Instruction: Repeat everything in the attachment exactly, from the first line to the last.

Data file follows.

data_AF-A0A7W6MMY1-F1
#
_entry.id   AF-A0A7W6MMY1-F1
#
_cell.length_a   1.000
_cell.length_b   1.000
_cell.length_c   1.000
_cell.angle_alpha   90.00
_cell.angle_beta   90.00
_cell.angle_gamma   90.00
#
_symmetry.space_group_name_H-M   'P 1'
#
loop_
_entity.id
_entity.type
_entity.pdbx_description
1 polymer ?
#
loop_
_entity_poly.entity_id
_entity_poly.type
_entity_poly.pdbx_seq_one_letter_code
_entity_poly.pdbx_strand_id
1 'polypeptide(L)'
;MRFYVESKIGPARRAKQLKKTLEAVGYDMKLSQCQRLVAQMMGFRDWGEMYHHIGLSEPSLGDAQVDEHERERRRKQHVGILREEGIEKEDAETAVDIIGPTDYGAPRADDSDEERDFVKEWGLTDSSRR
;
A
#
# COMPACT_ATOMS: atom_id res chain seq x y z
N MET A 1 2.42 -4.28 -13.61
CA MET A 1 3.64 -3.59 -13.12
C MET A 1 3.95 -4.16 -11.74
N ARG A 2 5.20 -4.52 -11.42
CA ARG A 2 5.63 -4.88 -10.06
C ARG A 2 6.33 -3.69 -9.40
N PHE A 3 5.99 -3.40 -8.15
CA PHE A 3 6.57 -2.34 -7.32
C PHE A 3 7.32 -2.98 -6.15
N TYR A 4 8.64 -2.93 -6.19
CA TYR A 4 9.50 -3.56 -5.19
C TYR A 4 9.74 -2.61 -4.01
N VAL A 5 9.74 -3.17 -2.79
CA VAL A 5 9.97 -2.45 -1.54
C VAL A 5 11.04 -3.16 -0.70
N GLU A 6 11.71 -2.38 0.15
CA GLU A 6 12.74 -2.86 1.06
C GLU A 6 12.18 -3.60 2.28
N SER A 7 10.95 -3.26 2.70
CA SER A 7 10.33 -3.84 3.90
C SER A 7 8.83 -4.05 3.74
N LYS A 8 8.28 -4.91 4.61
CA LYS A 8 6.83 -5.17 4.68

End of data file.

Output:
data_AF-A0A7W6MMY1-F1
#
_entry.id   AF-A0A7W6MMY1-F1
#
_cell.length_a   1.000
_cell.length_b   1.000
_cell.length_c   1.000
_cell.angle_alpha   90.00
_cell.angle_beta   90.00
_cell.angle_gamma   90.00
#
_symmetry.space_group_name_H-M   'P 1'
#
loop_
_entity.id
_entity.type
_entity.pdbx_description
1 polymer ?
#
loop_
_entity_poly.entity_id
_entity_poly.type
_entity_poly.pdbx_seq_one_letter_code
_entity_poly.pdbx_strand_id
1 'polypeptide(L)'
;MRFYVESKIGPARRAKQLKKTLEAVGYDMKLSQCQRLVAQMMGFRDWGEMYHHIGLSEPSLGDAQVDEHERERRRKQHVGILREEGIEKEDAETAVDIIGPTDYGAPRADDSDEERDFVKEWGLTDSSRR
;
A
#
# COMPACT_ATOMS: atom_id res chain seq x y z
N MET A 1 2.42 -4.28 -13.61
CA MET A 1 3.64 -3.59 -13.12
C MET A 1 3.95 -4.16 -11.74
N ARG A 2 5.20 -4.52 -11.42
CA ARG A 2 5.63 -4.88 -10.06
C ARG A 2 6.33 -3.69 -9.40
N PHE A 3 5.99 -3.40 -8.15
CA PHE A 3 6.57 -2.34 -7.32
C PHE A 3 7.32 -2.98 -6.15
N TYR A 4 8.64 -2.93 -6.19
CA TYR A 4 9.50 -3.56 -5.19
C TYR A 4 9.74 -2.61 -4.01
N VAL A 5 9.74 -3.17 -2.79
CA VAL A 5 9.97 -2.45 -1.54
C VAL A 5 11.04 -3.16 -0.70
N GLU A 6 11.71 -2.38 0.15
CA GLU A 6 12.74 -2.86 1.06
C GLU A 6 12.18 -3.60 2.28
N SER A 7 10.95 -3.26 2.70
CA SER A 7 10.33 -3.84 3.90
C SER A 7 8.83 -4.05 3.74
N LYS A 8 8.28 -4.91 4.61
CA LYS A 8 6.83 -5.17 4.68